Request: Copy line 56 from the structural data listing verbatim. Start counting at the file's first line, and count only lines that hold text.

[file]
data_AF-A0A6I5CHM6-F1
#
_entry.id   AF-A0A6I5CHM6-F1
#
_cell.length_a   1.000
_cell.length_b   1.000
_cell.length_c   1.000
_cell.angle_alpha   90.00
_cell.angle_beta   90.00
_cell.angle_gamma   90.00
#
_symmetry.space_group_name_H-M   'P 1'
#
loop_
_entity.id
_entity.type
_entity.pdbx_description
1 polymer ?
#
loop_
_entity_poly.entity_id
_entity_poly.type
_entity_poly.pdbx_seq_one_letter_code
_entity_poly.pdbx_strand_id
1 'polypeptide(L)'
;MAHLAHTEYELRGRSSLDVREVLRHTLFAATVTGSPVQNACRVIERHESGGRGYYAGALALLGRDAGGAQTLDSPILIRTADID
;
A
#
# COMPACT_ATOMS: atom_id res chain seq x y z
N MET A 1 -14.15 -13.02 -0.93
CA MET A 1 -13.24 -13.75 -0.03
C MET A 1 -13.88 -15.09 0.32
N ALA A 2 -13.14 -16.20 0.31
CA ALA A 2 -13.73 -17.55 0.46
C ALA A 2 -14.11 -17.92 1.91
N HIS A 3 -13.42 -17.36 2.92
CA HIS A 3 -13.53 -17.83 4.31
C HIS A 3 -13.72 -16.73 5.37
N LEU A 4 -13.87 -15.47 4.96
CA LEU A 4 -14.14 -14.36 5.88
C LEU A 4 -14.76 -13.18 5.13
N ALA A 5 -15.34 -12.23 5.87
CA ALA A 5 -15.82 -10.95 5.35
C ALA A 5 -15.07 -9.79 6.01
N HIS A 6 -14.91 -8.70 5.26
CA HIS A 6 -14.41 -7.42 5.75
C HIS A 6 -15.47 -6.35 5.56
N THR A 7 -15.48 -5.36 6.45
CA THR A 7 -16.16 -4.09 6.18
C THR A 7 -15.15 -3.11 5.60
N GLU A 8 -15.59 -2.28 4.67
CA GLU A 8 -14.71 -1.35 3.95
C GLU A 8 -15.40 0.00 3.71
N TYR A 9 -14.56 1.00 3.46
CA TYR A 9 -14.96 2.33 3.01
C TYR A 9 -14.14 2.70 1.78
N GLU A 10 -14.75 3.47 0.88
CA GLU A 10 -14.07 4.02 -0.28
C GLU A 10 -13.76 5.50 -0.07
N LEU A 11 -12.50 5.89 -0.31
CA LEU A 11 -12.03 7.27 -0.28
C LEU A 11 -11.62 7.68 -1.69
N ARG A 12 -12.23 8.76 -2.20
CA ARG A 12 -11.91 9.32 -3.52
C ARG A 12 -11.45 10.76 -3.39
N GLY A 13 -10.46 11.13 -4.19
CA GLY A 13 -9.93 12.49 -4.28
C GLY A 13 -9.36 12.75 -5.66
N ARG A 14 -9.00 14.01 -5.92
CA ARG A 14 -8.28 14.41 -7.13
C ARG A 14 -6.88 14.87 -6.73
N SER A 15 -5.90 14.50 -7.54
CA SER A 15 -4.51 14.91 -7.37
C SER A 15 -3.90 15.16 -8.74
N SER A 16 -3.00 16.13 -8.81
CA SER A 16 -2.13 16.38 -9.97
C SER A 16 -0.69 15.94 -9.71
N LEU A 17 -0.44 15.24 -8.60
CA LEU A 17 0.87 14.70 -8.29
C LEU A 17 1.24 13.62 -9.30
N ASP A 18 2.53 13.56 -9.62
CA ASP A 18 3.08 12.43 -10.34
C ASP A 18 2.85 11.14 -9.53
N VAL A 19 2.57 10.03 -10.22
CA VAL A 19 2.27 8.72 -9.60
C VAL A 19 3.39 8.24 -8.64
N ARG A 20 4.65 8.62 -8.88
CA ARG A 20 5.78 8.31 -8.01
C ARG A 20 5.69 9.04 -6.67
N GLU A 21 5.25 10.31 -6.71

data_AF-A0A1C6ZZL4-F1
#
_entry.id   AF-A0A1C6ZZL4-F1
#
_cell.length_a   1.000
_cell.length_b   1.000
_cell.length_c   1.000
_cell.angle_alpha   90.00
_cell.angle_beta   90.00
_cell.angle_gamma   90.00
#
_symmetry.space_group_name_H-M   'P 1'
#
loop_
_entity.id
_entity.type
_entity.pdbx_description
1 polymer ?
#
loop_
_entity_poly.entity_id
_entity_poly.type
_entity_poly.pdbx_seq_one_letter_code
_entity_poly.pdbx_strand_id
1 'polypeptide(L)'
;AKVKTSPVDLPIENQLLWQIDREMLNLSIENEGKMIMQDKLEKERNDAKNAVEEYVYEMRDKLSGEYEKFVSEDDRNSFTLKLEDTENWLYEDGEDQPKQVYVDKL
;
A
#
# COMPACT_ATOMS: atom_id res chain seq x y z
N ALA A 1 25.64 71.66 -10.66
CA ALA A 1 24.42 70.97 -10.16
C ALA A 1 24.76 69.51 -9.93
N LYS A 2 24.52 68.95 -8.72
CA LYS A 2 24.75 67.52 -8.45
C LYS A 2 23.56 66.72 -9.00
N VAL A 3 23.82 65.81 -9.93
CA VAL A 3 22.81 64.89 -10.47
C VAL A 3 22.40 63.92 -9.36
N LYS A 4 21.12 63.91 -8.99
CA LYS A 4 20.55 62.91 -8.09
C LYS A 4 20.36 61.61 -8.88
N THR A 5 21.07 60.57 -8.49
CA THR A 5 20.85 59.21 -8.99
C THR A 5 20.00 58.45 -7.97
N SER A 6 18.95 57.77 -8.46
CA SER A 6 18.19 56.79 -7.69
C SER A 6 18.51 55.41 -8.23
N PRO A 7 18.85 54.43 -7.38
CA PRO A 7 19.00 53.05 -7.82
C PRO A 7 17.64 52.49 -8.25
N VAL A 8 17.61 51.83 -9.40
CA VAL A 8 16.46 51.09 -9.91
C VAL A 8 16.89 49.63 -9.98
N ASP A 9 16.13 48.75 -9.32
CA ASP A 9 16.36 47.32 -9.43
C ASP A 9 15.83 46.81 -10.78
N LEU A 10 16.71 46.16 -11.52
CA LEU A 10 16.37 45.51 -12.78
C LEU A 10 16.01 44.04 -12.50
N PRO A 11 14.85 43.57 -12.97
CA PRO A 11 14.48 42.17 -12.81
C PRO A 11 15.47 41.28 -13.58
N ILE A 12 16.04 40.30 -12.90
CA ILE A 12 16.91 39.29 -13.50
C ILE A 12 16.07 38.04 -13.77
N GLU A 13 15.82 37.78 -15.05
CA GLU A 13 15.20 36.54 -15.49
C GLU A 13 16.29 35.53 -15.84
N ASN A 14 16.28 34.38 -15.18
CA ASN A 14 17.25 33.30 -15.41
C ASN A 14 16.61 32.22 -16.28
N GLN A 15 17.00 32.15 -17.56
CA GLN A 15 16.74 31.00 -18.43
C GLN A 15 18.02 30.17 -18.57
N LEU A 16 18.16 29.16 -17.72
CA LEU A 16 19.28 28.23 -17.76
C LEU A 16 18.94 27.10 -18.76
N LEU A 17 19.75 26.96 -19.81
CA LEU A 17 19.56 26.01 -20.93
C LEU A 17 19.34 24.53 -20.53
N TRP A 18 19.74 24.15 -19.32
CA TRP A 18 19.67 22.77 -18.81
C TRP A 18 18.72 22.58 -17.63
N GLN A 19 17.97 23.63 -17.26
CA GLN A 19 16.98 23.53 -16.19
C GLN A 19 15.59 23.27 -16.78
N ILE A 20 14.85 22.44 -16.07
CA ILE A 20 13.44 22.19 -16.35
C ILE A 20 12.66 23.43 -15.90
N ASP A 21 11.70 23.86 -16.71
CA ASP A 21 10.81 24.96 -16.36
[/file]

CA TYR A 9 -14.96 2.33 3.01